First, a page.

Saturday, March 8, 2014
This meant low wages and hard work. It's not always easy working for a parent, especially for my father, who raised the work-ethic bar on a daily basis.
He expected the best effort with minimal complaint, short of a near-death experience.
One day, I was mowing the lawn surrounding one of his buildings when he yelled from a tenant's apartment window for me to bring up his toolbox from the car.
Entering the living room, I overheard the tenant, a gray-haired white woman, refer to my father this way: ''You know how they are. God knows how long it will take. I doubt if he even knows what he's doing.''
My father must have overheard as well, yet he continued to work. The tenant, who was behind on her rent, asked him if he knew the landlord.
My father said: ''I should, I'm him. I own the building.'' The woman's mouth dropped.
Since that day, he has never mentioned the incident, and I often wonder just how he felt and if he was hurt by these less-than-subtle insults.
What did members of the Rutgers University women's college basketball team internalize after listening to radio talk show host Don Imus' racial slurs?
There has been a quickly emerging field of research that demonstrates that racism hurts the health of the body. According to Madeline Drexler, a medical columnist and visiting lecturer at the Harvard School of Public Health, more than 100 studies now document the effects of racial discrimination on physical health.
According to Drexler, research has suggested that racism acts a classic stressor in the same physiological ways as job strain and marital conflict; elevating heart rates, increasing levels of the stress hormone cortisol and suppressing immunity.
In the 1990s, the Harvard School of Public Health's social epidemiologist, Nancy Krieger, confirmed that ''race-based discriminatory experiences were associated with higher blood pressure'' and that ''not talking to others about the experience or not taking action against the inequity, raised blood pressure even more.''
The timing of these kinds of studies is noteworthy, as lawmakers and government officials begin to focus more on the racial disparities in the quality of American health care. Despite social and economic growth, people of color are still dying at a higher rate from heart disease, diabetes, stroke and hypertension.
On average, affluent blacks have more health issues than the poorest whites.
These studies are not without their critics, who charge that they are flawed because there is no way to objectively measure ''racial discrimination.''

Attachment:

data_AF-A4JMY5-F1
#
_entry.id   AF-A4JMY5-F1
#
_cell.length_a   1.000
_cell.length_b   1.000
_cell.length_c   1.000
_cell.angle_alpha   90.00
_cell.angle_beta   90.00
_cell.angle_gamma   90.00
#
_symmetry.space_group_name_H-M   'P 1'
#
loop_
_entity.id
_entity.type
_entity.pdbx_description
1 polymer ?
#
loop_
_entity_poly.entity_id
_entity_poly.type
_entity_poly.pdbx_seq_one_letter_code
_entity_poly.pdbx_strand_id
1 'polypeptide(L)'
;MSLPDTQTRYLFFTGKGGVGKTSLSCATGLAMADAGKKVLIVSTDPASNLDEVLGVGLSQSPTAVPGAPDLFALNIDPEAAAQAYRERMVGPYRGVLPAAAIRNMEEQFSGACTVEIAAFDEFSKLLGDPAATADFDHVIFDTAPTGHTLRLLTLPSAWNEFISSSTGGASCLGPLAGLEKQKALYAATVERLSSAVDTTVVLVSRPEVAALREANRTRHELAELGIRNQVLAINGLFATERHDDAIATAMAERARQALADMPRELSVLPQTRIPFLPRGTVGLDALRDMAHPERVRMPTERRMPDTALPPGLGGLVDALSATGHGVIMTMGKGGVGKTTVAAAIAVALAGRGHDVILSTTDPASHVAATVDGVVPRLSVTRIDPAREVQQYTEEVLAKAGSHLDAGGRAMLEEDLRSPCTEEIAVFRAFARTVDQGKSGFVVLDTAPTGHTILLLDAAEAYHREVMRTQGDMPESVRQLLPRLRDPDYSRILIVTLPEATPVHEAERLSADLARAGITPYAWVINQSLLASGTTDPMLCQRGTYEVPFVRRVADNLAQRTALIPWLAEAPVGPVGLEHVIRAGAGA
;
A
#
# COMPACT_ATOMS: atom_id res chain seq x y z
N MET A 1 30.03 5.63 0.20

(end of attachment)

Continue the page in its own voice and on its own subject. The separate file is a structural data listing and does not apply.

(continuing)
I beg to differ. Hook any person of color up to a blood pressure monitor just after being called a slur by a white person and you'll see what I mean.
Studies of African-Americans' heart rates in a controlled laboratory environment where they are exposed to film footage of a racist encounter bear this out.
The problem with some is that they chose to believe that these studies are preliminary and/or too controversial, and that they have the potential of profoundly altering the way we look at the links between racism and health.
Many whites and some blacks aren't comfortable recognizing that racial bigotry is more than just a personal psychic flaw.
Some researchers claim they can't share a comprehensive definition of racial discrimination because of its innate complexity. Others insist that people's accounts of discrimination can't be fully trusted because they are often subjective in nature, and thus they can't always be sure of the perpetrators' motives.
I contend that most people of color know racism when they see, hear or feel it. They very seldom make it up in their heads.
Further, past studies of depression, anger and post-traumatic stress disorder have usually been based on the patient's subjective perceptions and not so-called verifiable facts.
Unveiling racism as a health problem is to admit that they are legitimate sources of internal suffering not to be taken lightly. Like other social ills, racism can set off a wide range of bad effects, including over-eating, smoking, alcoholism and depression.
Too many Americans are reluctant to deal with racism on any level. Exploring it scientifically has met resistance from funding sources.
Is this because institutions are afraid to take on this potentially polarizing issue? Or perhaps they are afraid that once they see the results, they feel they won't be capable of doing something productive about them?
The health effects of racism are not going away. What we need is clear-headed talk and research on the subject.
Perhaps that will create an open mind and heart about one of the most taboo topics in American culture.
Leigh Donaldson is a Portland writer. He can be contacted at: